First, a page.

UZH-Logo

Selective macroautophagy for immunity


Münz, C (2010). Selective macroautophagy for immunity. Immunity, 32(3):298-299.

Abstract

Macroautophagy was thought to be an unspecific bulk degradation process. However, Ponpuak et al. (2010) show in this issue of Immunity that cytosolic proteins are selectively recruited to autophagosomes to become metabolized to bactericidal peptides.

Macroautophagy was thought to be an unspecific bulk degradation process. However, Ponpuak et al. (2010) show in this issue of Immunity that cytosolic proteins are selectively recruited to autophagosomes to become metabolized to bactericidal peptides.

Citations

4 citations in Web of Science®
3 citations in Scopus®
Google Scholar™

Altmetrics

Downloads

101 downloads since deposited on 11 Feb 2011
1 download since 12 months
Detailed statistics

Additional indexing

Item Type:Journal Article, refereed, further contribution
Communities & Collections:04 Faculty of Medicine > Institute of Experimental Immunology
Dewey Decimal Classification:570 Life sciences; biology
610 Medicine & health
Language:English
Date:2010
Deposited On:11 Feb 2011 15:39
Last Modified:05 Apr 2016 14:42
Publisher:Elsevier
ISSN:1074-7613
Publisher DOI:10.1016/j.immuni.2010.03.002
PubMed ID:20346769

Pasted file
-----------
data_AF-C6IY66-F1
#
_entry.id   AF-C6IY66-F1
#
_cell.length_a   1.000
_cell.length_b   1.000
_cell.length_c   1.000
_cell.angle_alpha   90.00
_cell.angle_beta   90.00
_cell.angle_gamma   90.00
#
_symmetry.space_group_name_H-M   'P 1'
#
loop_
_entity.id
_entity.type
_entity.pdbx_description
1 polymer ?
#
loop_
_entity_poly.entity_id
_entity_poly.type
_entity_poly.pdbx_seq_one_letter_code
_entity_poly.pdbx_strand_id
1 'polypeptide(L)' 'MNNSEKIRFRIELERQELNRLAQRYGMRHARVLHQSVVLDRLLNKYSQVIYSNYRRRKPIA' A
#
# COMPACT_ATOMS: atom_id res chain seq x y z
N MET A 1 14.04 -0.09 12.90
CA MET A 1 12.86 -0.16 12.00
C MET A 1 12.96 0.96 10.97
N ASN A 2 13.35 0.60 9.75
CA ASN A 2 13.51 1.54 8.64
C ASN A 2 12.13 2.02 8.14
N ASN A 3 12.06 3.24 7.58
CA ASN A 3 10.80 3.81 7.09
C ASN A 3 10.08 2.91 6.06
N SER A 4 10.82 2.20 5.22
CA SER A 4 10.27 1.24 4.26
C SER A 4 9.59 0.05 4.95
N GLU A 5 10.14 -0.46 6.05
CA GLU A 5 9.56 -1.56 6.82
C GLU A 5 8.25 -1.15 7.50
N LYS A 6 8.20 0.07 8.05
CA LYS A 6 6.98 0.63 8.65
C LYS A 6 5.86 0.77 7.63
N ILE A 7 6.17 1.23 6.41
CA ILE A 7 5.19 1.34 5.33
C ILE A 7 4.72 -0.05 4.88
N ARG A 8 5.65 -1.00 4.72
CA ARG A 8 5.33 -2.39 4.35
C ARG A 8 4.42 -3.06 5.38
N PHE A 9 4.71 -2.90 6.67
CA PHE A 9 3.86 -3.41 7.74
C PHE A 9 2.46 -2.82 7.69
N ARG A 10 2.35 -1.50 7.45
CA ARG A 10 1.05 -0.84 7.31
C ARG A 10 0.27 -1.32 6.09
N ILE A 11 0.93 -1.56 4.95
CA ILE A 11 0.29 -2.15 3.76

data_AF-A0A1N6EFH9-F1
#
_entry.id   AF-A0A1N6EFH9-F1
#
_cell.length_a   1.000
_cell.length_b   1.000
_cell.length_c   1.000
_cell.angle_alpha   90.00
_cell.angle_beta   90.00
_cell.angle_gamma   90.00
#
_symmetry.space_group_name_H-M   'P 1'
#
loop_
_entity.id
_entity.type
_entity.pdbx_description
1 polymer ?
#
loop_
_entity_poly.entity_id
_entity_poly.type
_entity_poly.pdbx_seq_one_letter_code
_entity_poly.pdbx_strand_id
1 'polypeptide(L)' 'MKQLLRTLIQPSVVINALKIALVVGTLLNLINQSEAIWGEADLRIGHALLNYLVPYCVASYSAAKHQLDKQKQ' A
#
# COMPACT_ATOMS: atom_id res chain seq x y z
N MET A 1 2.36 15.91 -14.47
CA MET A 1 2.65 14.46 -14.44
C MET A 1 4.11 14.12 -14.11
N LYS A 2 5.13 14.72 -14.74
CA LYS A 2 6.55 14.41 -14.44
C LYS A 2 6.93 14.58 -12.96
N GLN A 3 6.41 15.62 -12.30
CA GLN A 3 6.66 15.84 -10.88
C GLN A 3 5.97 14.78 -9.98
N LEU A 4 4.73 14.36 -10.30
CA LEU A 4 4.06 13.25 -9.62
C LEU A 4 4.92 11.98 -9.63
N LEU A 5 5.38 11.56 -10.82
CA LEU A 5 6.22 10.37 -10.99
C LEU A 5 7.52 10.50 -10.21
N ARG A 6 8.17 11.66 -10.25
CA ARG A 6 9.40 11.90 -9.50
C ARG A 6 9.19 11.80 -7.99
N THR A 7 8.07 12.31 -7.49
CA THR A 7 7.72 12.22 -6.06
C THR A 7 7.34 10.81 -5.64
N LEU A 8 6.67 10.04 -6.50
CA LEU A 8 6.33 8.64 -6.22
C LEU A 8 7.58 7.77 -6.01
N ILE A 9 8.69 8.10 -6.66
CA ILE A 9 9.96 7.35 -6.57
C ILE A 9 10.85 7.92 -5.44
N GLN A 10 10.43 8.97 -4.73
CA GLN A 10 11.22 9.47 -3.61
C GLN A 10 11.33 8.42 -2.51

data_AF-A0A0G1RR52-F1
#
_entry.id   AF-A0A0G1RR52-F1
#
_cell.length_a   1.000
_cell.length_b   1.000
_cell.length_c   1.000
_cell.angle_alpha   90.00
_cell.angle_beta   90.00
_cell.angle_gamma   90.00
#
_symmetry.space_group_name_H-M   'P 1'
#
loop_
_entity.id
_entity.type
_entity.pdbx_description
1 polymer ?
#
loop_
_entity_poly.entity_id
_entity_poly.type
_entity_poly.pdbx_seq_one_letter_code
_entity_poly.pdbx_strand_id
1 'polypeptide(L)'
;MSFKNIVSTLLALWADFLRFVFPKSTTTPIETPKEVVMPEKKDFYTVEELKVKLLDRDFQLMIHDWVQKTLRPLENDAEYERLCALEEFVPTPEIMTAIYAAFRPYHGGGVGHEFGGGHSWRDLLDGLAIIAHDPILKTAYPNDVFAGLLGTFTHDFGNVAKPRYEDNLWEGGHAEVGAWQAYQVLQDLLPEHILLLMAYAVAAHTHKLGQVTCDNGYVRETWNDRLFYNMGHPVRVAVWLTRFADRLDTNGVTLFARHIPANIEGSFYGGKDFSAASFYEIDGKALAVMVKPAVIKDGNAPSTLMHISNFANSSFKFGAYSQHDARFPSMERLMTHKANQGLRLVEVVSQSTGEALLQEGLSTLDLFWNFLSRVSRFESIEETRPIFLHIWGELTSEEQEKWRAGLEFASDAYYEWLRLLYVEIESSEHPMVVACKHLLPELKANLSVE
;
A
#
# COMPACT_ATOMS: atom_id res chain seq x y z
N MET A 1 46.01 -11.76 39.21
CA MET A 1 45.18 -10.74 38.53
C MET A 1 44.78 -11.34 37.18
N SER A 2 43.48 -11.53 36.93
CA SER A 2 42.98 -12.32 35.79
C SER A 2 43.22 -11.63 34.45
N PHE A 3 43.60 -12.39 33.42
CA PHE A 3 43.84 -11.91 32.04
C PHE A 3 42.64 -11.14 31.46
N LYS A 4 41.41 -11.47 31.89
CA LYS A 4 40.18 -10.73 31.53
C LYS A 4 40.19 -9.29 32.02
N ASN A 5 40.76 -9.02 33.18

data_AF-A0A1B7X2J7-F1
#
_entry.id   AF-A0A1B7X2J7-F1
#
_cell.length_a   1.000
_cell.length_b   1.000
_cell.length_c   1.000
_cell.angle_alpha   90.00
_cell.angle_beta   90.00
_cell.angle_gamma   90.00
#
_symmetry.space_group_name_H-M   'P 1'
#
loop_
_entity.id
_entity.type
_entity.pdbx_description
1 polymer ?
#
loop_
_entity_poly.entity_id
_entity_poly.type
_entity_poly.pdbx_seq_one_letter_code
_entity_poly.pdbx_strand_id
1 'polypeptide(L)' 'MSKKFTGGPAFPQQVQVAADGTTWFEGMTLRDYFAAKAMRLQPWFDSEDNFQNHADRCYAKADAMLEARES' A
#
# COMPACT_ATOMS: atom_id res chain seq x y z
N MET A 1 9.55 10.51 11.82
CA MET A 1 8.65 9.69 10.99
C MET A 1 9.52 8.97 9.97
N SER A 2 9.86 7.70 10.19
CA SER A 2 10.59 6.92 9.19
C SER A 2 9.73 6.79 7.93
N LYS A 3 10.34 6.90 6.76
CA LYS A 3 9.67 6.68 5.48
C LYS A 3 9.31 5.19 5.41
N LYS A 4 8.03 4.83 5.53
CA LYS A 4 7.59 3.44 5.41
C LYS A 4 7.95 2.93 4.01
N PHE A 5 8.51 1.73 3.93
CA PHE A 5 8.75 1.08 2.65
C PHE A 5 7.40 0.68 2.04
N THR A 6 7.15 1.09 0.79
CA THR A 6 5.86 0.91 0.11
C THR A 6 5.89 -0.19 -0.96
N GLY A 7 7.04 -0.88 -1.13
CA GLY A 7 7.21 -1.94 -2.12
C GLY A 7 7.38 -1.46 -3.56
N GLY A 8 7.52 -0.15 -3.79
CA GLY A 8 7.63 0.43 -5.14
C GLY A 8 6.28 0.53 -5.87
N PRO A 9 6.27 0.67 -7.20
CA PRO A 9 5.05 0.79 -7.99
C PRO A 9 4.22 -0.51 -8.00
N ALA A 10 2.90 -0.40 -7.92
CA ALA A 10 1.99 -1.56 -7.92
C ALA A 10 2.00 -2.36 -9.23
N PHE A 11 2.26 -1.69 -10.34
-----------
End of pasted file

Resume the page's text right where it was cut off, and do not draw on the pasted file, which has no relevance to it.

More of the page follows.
Permanent URL: http://doi.org/10.5167/uzh-44299

Download

[img]
Preview
Content: Accepted Version
Filetype: PDF
Size: 40kB
View at publisher

TrendTerms

TrendTerms displays relevant terms of the abstract of this publication and related documents on a map. The terms and their relations were extracted from ZORA using word statistics. Their timelines are taken from ZORA as well. The bubble size of a term is proportional to the number of documents where the term occurs. Red, orange, yellow and green colors are used for terms that occur in the current document; red indicates high interlinkedness of a term with other terms, orange, yellow and green decreasing interlinkedness. Blue is used for terms that have a relation with the terms in this document, but occur in other documents.
You can navigate and zoom the map. Mouse-hovering a term displays its timeline, clicking it yields the associated documents.

Author Collaborations